For those who don’t know,  Fault Line is primarily a suspense story involving a special piece of encryption software called Obsidian. The developer of the software is murdered just before he is to meet with his attorney, Alex Trevan. Alex is responsible for obtaining a patent for Obsidian as well as finding venture capitalists to bring Obsidian to market. Alex stands to gain a great deal should Obsidian perform as promised. When one of Alex’s friends who works in the US Patent Office, and was helping keep Alex informed about the patent’s status, suddenly also turns up dead, Alex becomes suspicious. But  then someone breaks into Alex’s house in the middle of the night and  Alex knows he needs help. So he turns to his older brother, Ben, an army soldier who is an assasin for the US government’s war on terror. They’ve been estranged for many years. Ben comes home to Palo Alto to help. It’s his first trip there since the death of their mother and old hurts and resentments surface time and again as they attempt to solve the mystery of who is after Obsidian and why. Also mixed up in the whole affair is Sarah Hosseini, an attractive young lawyer in Alex’s firm who happens to be an Iranian American.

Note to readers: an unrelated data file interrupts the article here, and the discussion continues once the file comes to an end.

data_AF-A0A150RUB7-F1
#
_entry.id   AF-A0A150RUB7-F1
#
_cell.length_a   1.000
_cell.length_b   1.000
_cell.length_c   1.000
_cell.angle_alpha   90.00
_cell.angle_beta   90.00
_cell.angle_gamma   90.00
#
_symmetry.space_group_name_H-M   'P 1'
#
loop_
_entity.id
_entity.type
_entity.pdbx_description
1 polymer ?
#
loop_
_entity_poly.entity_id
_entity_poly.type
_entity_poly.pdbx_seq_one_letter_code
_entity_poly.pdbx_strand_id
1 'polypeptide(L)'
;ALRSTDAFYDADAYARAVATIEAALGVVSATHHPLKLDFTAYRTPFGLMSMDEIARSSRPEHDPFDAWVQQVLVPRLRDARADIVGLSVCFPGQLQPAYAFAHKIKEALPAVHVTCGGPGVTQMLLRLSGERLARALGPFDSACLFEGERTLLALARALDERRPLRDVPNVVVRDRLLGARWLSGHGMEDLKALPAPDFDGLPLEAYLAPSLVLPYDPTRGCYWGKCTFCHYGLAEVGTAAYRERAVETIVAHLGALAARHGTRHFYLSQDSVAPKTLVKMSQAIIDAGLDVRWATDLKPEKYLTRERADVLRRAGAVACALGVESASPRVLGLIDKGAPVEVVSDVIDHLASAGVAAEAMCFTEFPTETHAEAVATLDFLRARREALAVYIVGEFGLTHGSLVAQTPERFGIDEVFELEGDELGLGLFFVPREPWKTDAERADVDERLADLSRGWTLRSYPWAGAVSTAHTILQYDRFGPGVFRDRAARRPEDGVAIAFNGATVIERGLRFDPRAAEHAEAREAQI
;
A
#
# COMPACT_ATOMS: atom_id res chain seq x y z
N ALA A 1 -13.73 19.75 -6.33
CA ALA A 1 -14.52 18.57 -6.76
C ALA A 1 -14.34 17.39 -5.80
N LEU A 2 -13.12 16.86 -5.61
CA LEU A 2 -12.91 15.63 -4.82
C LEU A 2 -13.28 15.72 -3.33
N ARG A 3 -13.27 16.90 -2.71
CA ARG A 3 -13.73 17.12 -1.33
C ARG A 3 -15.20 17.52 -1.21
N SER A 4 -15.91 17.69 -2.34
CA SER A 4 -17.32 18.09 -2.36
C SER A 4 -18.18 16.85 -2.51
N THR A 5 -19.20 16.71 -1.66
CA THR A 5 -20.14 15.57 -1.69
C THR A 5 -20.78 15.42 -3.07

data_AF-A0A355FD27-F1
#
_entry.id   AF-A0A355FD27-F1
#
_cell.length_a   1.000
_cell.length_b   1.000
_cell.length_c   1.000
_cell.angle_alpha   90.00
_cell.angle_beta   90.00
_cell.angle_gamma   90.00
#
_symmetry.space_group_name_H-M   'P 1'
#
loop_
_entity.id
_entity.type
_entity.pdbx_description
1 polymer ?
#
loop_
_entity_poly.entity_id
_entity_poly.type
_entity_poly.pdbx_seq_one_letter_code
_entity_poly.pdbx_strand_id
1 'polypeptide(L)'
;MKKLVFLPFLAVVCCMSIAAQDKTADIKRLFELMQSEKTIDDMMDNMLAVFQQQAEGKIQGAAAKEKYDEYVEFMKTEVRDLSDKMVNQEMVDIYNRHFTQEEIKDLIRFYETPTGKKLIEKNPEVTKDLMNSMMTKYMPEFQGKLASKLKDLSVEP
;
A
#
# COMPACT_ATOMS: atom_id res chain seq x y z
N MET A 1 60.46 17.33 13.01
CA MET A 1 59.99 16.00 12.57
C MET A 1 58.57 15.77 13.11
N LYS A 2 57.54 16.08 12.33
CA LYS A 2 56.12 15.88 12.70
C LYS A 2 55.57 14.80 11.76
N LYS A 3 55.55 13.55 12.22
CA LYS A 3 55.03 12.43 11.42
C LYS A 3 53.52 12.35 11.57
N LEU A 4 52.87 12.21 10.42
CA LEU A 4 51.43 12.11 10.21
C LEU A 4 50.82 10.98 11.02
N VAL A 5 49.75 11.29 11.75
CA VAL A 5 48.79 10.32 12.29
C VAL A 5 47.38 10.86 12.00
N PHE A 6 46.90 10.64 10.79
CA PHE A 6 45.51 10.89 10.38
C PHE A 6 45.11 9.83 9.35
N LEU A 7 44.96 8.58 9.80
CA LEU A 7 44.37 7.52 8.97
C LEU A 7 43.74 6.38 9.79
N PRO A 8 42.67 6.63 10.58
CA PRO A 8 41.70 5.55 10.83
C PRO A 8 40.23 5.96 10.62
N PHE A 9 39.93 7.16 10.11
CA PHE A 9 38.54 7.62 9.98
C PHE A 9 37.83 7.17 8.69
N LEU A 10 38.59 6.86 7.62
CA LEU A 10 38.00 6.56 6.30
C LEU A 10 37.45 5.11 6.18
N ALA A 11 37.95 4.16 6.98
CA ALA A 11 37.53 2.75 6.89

As has been pointed out repeatedly, this book is not a romance. Nonetheless, I think it would appeal to other romance readers like myself because we like to read about relationships, or more specifically, relationships that have a positive outcome. Personally, I was just as interested in what was going on between Ben and Alex (as well as how Sarah factored in) as I was in the race to protect Obsidian and save Alex and Sarah’s lives. Ben and Alex had seen their family torn apart by a tragedy that also left behind a good deal of guilt and bitterness. I liked the way you used the circumstances surrounding Obsidian to reveal just what kind of men Ben and Alex had become–what their strengths and weaknesses were, and how they had moved on (or not) from the family tragedy. As the stress builds over their circumstances, more and more of that anger and bitterness is let out until they finally really talk to one another. I also really liked the way that both Ben and Alex had the opportunity to do heroic stuff–in other words, the book is not all about Ben riding to the rescue.